For a fascinating glimpse into America's industrial heyday, and to enjoy a surprising mix of cultural, historical and natural attractions, Albany deserves to be at the top of your East Coast travel list. The state capital's location on the storied Hudson River has heavily influenced its development through the years. Today, the river continues to feature prominently while providing a beautiful backdrop to a city that's studded with incredible, architecturally significant buildings and crisscrossed by networks of well-maintained trails and parks.
Albany International Airport (ALB) is about 20 minutes from downtown, so you can easily and affordably take a taxi, hop on a bus or rent a car to get where you need to be. The airport offers a wide array of domestic flights, and airfare tends to be quite reasonable.
Getting to Albany by car is simple. From the east and west, Interstate 90 delivers travelers to various parts of the city. From the north and south, Interstate 87 is the route of choice for most.
If you'll be traveling by train, you'll arrive at the Albany-Rensselaer station, which is across the river in Rensselaer, NY. For bus travelers, there's a Greyhound station near the waterfront in downtown Albany. There's also very affordable Megabus service to and from New York City.
More than 100,000 brilliantly colored tulips bloom in and around Washington Park, where the May event is held. Simply seeing these incredible blooms is reason enough to attend, but there's more. In addition to performances by nationally recognized musicians, the festival boasts kids' activities, a wide array of food, contests and the decidedly decadent Royal Tulip Ball.
As the country's oldest and largest state museum, the New York State Museum is not to be missed. It houses a vast array of art, artifacts and eco-facts, and is a great way to get a strong sense of the history of the Empire State.
Visit the 42nd-floor observation deck at the Corning Tower to not only enjoy views of the city but also to take in views of the Adirondack foothills, the Catskills and even the Berkshires, which are located in western Massachusetts. You'll feel like all of New York State is laid out before you.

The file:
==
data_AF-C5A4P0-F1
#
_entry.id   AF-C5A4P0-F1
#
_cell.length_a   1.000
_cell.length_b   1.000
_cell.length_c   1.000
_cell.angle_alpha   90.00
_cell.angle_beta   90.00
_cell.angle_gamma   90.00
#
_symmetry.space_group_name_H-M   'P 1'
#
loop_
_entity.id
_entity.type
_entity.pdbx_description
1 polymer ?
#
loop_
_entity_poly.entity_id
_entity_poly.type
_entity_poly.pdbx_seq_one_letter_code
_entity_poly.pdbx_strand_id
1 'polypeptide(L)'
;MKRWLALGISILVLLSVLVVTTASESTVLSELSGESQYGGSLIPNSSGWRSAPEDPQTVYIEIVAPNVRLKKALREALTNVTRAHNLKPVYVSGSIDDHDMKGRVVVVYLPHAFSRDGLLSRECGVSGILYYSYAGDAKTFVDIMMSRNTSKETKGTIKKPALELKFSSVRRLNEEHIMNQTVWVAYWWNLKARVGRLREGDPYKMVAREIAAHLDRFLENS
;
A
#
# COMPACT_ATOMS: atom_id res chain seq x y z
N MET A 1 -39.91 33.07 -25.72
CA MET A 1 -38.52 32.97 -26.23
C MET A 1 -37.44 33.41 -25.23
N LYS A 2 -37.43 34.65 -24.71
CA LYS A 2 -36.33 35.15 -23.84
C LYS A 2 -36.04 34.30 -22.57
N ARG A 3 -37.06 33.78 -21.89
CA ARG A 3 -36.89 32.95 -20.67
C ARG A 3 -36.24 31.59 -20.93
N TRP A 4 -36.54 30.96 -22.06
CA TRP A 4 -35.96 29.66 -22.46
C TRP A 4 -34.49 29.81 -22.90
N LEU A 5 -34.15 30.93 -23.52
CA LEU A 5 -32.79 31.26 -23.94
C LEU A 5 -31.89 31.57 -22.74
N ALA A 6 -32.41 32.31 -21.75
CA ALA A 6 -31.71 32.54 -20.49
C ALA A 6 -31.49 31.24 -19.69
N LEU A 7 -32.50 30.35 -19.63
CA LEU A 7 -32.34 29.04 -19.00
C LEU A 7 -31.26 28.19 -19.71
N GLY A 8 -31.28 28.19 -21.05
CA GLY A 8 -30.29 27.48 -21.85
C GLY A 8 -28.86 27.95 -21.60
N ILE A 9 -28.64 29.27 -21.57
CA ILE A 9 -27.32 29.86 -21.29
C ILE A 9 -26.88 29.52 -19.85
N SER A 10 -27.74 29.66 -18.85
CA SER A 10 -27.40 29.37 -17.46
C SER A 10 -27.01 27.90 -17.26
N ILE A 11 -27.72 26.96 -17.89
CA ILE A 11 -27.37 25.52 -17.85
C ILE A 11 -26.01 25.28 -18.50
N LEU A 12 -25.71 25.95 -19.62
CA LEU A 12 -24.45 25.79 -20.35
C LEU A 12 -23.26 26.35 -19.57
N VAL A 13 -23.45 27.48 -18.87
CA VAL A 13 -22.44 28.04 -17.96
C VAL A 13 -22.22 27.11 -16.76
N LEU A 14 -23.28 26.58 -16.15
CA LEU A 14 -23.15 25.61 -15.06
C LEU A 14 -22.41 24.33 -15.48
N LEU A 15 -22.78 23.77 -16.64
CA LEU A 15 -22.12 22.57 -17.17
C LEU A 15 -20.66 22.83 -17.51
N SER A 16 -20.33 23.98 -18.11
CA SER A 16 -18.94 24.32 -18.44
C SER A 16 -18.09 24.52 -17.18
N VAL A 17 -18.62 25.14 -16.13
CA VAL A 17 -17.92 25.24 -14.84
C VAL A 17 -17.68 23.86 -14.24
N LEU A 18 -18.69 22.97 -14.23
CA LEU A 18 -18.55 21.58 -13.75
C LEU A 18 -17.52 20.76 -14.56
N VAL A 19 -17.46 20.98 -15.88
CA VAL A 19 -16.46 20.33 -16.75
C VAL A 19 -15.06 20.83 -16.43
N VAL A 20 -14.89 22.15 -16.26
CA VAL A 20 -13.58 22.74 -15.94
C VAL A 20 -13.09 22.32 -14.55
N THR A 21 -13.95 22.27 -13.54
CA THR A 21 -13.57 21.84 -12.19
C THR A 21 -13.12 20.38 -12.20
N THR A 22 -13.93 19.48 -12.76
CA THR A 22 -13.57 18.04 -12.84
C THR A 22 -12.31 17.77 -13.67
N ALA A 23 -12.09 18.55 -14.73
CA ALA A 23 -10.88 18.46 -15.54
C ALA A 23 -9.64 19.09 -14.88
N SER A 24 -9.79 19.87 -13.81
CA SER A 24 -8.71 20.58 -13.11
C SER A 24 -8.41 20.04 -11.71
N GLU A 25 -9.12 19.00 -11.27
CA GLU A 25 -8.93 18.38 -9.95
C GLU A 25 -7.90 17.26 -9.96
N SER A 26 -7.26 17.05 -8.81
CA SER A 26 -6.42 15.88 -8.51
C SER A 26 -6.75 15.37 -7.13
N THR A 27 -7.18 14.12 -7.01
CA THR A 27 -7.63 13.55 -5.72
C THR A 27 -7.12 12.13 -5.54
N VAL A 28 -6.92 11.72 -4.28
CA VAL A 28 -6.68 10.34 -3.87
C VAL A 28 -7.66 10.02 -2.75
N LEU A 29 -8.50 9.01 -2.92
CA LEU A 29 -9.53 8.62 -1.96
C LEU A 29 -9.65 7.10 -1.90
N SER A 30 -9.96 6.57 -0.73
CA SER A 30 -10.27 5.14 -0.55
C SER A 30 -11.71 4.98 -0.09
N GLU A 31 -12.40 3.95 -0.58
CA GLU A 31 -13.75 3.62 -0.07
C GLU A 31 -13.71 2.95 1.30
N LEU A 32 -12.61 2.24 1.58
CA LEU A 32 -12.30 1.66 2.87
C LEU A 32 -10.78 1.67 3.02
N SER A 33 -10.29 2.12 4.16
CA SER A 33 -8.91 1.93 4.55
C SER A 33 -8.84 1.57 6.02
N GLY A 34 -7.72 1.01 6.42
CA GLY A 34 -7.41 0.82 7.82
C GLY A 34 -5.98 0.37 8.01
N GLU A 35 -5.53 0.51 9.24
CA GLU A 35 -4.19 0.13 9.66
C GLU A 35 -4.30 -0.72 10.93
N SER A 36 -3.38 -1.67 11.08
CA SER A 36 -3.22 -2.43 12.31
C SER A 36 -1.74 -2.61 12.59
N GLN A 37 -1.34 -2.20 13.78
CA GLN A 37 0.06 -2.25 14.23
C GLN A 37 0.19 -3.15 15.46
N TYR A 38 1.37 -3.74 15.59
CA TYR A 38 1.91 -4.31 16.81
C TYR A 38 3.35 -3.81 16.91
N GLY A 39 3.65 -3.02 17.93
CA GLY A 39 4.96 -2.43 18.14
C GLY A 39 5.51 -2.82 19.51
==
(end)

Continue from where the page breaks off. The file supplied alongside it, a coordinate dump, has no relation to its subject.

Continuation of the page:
Nestled between the New York State Capitol Building and the New York State Museum, this plaza bustles with people throughout the day and well into the night. In the winter, the reflecting pool is turned into an ice rink that rivals the one at NYC's Rockefeller Center.
At the time it was built, the New York State Capitol was the most expensive government building ever constructed. It didn't just cost a fortune; construction took more than four decades, so it was a work in progress for some time. It was all worth it, though, as the building is one of the finest examples of 19th-century architecture in the United States and was declared a National Historic Landmark in 1979.
Albany has a moisture-heavy continental climate that's characterized by very cold, snowy winters and hot, humid summers. During the course of a single winter, the city receives an average of 60 inches of snow. Annually, the city receives about 40 inches of rain, the majority of which falls from late spring through the middle of summer.
To explore the city on foot, it's best to visit when the weather isn't too extreme. For milder temperatures and less precipitation, visit during the fall or spring. Hotel prices don't tend to fluctuate much throughout the year, so you can expect to enjoy reasonable rates throughout all four seasons. In general, hotels in Albany range in price from around $70 to upwards of $200 per night. Wolf Road hotels, which are just south of Albany Airport, tend to be the most affordable.